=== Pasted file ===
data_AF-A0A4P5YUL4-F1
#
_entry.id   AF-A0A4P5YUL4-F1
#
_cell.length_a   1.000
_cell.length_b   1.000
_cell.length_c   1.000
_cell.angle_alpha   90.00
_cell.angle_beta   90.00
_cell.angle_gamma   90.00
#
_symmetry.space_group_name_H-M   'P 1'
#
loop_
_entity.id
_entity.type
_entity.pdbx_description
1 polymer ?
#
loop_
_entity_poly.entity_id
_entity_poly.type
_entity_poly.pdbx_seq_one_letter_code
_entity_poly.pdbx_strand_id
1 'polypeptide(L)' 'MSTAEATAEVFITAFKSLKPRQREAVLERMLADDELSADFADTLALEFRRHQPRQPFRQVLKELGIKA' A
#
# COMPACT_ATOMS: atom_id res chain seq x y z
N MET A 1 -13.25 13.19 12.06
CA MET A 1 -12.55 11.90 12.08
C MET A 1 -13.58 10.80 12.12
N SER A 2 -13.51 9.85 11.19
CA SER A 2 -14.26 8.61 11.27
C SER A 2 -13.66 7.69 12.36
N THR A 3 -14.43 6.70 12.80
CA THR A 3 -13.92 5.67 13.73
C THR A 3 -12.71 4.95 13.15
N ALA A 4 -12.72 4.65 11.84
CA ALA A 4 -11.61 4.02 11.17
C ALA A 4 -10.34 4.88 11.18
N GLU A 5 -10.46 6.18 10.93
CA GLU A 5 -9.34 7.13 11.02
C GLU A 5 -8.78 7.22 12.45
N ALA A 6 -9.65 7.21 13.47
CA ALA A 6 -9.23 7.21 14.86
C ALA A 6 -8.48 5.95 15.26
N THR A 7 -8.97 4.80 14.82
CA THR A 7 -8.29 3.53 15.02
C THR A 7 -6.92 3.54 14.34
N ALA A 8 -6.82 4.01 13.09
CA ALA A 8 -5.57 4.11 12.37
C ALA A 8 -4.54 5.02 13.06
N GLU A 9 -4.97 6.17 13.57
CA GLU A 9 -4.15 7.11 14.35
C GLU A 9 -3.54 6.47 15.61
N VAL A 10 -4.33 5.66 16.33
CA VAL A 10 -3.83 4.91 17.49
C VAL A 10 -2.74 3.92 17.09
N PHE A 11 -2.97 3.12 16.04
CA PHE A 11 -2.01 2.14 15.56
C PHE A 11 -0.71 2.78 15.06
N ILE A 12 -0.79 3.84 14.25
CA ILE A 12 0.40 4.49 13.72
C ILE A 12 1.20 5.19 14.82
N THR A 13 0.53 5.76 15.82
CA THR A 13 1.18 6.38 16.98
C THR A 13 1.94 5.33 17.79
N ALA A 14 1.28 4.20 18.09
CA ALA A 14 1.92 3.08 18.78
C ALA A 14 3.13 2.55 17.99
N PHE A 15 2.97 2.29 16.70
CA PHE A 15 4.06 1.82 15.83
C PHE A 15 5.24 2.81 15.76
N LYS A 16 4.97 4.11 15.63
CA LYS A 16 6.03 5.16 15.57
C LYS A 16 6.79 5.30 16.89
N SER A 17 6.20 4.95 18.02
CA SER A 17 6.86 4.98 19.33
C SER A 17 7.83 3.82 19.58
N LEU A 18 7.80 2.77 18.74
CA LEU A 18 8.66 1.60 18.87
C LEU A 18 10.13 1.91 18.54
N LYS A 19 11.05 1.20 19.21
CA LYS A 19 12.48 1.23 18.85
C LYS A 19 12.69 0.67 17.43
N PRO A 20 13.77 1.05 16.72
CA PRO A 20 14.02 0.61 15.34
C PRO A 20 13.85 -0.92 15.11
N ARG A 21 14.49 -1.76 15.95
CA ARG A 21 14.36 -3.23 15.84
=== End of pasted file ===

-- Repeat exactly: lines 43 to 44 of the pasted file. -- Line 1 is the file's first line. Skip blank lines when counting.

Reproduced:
N ALA A 6 -9.65 7.21 13.47
CA ALA A 6 -9.23 7.21 14.86